South Korea successfully launched a commercial-grade satellite for the first time Thursday as part of its growing space development program, as rival North Korea is pushing to place its first military spy satellite into orbit.
The two Koreas, technically in a state of war, have no military reconnaissance satellites of their own and both are eager to possess them. The South Korean launch Thursday will likely assist its efforts to develop a space-based surveillance system.
The domestically built three-stage Nuri rocket lifted off from a launch facility on a southern island with a payload of eight satellites, including a main commercial-grade satellite whose mission is to verify radar imaging technology and observe cosmic radiation in a near-Earth orbit.
Science Minister Lee Jong-ho later told a televised news conference that the launch was successful, saying it proved the rocket’s reliability and South Korea’s potential to operate various satellites and explore space.
Lee said seven of the eight satellites, including the main one, were successfully released from the rocket. He said more time is required to confirm the release of the eighth satellite.
“Today, we confirmed that dreams can come true,” South Korean President Yoon Suk-yeol wrote on Facebook. “I hope our future generations have a great dream and challenge while looking at the Nuri rocket soaring into space.”
The launch boosted South Korea’s hopes of catching up with Asian neighbors such as China, Japan, and India in a regional space race. Lee, the science minister, said South Korea plans to conduct three more Nuri rocket launches by 2027 and will seek to develop more advanced launch vehicles.
The launch was initially scheduled for Wednesday but was postponed at the last minute due to a technical problem.
Last year, South Korea used a Nuri rocket to place a “performance verification satellite” in orbit, becoming the world’s 10th nation to send a satellite into space with its own technology. But that launch was primarily designed to test the rocket.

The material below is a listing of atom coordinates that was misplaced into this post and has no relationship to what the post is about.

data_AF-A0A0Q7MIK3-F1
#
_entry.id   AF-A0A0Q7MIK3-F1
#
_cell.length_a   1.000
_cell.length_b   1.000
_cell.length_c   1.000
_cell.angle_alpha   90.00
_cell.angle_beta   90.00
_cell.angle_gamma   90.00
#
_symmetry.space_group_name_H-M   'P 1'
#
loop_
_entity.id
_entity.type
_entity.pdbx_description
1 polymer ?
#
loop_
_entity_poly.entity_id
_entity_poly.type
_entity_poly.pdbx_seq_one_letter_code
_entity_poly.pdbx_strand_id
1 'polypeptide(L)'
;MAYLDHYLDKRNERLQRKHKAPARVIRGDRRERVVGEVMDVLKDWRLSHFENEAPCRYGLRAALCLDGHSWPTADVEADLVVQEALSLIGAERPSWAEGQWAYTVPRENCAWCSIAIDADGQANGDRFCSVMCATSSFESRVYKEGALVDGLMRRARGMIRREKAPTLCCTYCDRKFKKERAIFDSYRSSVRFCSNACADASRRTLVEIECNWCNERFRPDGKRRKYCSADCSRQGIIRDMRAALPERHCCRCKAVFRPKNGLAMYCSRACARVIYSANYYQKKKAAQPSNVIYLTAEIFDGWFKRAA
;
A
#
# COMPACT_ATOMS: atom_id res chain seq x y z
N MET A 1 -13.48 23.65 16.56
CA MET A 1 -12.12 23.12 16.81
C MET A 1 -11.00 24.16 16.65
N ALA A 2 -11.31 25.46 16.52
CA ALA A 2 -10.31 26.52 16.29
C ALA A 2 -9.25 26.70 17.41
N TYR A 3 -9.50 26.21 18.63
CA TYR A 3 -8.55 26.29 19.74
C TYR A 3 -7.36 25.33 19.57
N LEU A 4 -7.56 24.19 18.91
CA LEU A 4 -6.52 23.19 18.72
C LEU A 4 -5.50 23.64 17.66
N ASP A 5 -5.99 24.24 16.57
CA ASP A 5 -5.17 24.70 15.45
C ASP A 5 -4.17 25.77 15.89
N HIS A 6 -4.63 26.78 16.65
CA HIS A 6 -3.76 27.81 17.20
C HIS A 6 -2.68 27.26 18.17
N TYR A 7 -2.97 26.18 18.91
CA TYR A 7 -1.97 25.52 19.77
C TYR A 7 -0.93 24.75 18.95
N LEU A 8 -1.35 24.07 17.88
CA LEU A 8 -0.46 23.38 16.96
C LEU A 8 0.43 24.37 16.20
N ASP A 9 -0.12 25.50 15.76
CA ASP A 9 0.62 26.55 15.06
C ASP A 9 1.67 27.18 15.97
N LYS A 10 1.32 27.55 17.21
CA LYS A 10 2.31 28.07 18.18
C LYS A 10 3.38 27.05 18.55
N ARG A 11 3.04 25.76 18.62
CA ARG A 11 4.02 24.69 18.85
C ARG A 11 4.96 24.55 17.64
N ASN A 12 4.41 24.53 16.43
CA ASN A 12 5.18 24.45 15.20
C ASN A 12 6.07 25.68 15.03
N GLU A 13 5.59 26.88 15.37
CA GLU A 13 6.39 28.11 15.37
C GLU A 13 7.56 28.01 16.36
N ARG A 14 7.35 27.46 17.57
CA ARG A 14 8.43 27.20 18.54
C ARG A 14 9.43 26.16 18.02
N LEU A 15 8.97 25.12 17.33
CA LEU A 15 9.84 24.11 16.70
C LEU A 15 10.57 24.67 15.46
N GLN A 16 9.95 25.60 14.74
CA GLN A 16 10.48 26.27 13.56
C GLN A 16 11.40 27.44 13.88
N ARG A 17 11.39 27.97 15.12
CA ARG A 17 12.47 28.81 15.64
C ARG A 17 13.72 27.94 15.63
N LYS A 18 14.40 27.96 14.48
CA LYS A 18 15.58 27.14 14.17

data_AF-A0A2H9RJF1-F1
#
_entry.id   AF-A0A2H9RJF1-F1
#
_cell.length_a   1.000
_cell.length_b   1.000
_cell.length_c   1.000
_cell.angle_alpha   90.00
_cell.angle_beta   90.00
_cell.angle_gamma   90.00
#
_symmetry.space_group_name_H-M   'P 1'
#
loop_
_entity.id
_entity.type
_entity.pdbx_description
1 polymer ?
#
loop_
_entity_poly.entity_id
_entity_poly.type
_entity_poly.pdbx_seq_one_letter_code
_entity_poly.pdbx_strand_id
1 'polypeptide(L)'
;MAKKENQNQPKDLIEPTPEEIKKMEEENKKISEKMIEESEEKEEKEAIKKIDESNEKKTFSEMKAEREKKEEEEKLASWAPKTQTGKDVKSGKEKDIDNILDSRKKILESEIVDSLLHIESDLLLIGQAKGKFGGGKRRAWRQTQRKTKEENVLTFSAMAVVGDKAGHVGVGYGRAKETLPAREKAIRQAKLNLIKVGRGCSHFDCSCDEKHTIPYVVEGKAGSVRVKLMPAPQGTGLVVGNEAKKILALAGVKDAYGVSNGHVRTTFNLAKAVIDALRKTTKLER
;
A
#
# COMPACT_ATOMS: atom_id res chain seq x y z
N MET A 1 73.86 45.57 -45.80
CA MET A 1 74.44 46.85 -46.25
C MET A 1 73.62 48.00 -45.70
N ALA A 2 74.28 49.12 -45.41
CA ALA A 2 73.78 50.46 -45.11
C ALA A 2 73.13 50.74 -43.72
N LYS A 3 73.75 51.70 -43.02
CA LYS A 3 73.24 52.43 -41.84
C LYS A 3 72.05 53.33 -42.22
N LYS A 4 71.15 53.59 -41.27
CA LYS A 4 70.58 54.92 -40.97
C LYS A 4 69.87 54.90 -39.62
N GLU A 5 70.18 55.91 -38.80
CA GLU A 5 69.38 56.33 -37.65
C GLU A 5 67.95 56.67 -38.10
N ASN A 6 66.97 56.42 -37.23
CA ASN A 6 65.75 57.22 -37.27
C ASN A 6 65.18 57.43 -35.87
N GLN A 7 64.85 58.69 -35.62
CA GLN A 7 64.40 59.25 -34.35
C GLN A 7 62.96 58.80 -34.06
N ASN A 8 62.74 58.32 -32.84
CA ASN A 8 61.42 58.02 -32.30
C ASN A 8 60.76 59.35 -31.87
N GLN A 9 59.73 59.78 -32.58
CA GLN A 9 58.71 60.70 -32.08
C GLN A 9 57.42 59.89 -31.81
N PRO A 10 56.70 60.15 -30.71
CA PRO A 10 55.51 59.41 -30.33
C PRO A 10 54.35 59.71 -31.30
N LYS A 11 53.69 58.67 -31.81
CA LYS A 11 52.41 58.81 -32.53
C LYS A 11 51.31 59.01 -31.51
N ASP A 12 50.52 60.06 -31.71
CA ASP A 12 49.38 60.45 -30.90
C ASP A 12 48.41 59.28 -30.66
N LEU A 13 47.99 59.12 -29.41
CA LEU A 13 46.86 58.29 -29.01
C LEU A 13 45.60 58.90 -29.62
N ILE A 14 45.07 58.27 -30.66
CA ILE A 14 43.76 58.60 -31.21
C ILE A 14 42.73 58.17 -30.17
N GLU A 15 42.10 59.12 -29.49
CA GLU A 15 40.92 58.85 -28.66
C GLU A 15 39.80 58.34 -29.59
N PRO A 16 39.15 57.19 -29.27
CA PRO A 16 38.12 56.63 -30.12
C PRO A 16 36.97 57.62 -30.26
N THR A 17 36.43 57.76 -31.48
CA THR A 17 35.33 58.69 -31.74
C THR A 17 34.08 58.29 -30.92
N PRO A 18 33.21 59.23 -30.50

Many experts say Thursday’s launch will also help South Korea accumulate technologies and knowhow to operate military spy satellites and build long-range missiles.
South Korea is expected to launch its first spy satellite later this year. It currently relies on U.S. spy satellites to monitor North Korean facilities.
Lee Choon-geun, an honorary research fellow at South Korea’s Science and Technology Policy Institute, noted that the satellite launched Thursday is designed to be placed in a sun-synchronous orbit, which is typically used for reconnaissance satellites.
Tensions on the Korean Peninsula remain high following North Korea’s barrage of missiles tests since the beginning of last year. Some of the tests demonstrated its potential ability to launch nuclear strikes on the mainland U.S. and South Korea and Japan.
North Korean leader Kim Jong Un is seeking to develop more sophisticated weapons systems, including a spy satellite, to cope with what he calls intensifying U.S. and South Korean hostilities. Analysts say Kim wants to use an expanded weapons arsenal to win greater concessions from Washington in future dealings.
“North Korea must be so concerned about the South Korean satellite launch Thursday because much of Kim Jong Un’s interest now is in possessing a spy satellite,” said Moon Seong-mook, an analyst for the Seoul-based Korea Research Institute for National Strategy. “He has a strong desire to launch a spy satellite before South Korea does.”
Recent commercial satellite imagery of North Korea’s main launch center in the northwest shows activities that suggest “a new level of urgency in making the site ready to accommodate satellite launches,” 38 North, a North Korea-focused website, said Wednesday. It said the images indicate progress on a new launch pad is moving forward “at a remarkable pace.”
Last week, Kim examined a finished spy satellite and approved a plan for its launch during a visit to the country’s aerospace agency.
The spy satellite disclosed in North Korean state media doesn’t appear sophisticated enough to produce high-resolution imagery. But Lee, the expert at the Science and Technology Policy Institute, said it is likely to be capable of monitoring deployment of U.S. strategic assets such as an aircraft carrier and the movements of South Korean warships and fighter jets.